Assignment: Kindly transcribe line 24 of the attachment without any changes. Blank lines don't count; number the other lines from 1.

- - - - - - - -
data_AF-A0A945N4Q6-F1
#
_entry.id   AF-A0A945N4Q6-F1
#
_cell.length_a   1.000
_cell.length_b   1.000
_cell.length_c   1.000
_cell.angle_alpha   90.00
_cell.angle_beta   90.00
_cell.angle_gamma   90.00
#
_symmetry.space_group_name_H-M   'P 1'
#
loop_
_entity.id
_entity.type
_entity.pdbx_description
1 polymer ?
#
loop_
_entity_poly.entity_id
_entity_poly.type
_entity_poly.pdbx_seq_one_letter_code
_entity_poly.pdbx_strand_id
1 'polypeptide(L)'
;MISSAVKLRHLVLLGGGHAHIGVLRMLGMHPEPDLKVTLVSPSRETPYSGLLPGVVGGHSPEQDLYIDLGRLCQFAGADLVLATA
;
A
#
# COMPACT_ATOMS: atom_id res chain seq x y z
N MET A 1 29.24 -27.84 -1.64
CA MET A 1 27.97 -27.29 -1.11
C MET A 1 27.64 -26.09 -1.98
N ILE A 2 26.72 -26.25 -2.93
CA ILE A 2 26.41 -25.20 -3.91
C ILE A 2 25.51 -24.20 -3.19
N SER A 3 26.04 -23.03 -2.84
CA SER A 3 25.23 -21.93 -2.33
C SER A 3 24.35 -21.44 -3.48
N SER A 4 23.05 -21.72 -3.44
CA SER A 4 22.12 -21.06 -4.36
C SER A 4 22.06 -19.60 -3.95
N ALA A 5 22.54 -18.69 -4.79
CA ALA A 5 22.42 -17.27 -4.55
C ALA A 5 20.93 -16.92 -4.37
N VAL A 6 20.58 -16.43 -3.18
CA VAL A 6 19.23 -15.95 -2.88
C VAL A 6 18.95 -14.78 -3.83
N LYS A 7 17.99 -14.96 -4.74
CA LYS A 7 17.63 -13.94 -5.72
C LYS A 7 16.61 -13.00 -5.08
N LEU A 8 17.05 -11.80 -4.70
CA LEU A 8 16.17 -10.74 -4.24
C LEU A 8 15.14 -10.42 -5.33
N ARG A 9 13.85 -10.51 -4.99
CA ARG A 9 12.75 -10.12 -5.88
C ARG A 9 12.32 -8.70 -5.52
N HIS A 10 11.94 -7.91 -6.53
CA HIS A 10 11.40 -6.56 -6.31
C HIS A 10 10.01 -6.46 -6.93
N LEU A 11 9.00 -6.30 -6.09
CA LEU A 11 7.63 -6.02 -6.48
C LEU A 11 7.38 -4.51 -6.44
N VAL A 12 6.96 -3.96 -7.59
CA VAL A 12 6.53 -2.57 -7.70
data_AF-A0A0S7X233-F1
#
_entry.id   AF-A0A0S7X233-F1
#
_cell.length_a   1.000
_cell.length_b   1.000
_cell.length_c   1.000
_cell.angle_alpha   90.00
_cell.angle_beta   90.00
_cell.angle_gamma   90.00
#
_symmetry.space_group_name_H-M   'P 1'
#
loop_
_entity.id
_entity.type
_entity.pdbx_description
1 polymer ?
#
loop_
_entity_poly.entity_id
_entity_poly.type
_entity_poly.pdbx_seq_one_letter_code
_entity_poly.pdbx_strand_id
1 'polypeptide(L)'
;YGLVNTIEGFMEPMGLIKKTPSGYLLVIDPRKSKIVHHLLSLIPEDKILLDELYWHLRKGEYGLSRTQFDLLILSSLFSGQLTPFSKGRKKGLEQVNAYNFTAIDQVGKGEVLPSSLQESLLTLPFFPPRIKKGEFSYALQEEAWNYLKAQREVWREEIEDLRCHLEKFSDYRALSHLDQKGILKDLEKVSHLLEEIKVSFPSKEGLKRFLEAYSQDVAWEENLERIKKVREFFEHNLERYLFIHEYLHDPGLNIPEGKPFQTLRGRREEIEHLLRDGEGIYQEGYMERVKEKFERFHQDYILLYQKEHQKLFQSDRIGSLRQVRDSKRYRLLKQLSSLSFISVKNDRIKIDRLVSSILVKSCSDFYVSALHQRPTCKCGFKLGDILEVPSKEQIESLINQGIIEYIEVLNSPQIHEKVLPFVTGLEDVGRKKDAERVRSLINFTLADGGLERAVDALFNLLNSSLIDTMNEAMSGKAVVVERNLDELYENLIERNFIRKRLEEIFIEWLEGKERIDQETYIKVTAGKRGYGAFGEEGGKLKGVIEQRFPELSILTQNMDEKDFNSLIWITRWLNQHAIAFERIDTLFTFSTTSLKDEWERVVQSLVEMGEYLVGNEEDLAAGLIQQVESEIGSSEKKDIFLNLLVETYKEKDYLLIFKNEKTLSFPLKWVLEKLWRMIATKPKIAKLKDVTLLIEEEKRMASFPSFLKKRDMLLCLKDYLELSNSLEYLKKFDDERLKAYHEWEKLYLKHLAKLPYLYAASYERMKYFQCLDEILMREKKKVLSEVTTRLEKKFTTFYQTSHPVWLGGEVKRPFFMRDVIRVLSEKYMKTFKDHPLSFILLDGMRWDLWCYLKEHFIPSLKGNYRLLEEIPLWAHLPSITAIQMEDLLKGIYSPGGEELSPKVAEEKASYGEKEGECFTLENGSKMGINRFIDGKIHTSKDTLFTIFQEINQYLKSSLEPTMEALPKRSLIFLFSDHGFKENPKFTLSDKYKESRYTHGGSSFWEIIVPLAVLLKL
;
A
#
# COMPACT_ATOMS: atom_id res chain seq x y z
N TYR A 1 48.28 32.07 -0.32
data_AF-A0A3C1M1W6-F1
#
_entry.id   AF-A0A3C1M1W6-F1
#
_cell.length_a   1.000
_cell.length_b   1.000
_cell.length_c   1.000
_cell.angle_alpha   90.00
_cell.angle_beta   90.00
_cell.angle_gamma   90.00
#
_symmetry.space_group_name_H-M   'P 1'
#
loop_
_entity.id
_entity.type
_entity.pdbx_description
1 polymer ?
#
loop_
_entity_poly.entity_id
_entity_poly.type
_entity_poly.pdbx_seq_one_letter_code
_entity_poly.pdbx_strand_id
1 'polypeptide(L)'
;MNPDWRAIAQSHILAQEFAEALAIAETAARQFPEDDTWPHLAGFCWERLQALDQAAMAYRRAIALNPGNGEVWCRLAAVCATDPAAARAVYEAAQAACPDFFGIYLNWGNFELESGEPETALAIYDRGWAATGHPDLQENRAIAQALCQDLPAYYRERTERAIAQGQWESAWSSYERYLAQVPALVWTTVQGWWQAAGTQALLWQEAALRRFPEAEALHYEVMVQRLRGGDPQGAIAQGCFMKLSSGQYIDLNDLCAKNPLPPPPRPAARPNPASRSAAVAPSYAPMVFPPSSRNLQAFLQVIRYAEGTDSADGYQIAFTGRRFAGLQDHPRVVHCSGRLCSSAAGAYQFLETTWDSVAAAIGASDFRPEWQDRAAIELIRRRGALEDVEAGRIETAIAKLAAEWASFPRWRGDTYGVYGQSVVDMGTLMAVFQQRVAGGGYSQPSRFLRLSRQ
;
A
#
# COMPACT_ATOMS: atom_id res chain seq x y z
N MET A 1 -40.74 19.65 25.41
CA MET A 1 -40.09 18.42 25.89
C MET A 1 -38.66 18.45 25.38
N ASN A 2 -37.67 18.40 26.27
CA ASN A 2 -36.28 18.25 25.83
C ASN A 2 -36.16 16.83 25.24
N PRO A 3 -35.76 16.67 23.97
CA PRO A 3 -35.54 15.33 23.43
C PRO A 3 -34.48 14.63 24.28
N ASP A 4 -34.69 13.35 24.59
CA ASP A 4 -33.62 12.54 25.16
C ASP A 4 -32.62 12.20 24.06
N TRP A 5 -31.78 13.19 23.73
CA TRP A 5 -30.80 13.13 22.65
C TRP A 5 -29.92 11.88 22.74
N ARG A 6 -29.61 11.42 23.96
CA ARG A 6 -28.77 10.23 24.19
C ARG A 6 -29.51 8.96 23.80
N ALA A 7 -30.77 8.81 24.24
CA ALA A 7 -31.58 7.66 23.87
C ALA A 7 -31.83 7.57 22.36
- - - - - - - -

_entity_poly.pdbx_strand_id